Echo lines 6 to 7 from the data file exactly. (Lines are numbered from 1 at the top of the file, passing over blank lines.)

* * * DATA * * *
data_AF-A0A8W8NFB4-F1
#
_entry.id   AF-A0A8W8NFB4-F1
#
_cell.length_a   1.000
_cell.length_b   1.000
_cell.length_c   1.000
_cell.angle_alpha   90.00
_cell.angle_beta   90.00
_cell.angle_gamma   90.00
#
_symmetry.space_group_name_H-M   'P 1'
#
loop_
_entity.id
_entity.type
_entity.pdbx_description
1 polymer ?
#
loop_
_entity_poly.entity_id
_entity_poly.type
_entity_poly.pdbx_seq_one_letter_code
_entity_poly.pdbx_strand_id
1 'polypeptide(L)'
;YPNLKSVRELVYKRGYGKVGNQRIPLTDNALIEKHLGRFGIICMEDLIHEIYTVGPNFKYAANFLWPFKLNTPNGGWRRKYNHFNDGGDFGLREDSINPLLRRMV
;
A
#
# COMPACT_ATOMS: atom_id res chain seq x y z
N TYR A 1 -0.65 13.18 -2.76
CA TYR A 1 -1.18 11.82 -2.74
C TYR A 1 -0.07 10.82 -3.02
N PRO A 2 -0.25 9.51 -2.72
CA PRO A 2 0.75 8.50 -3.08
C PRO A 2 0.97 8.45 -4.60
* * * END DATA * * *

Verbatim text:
_cell.length_b   1.000
_cell.length_c   1.000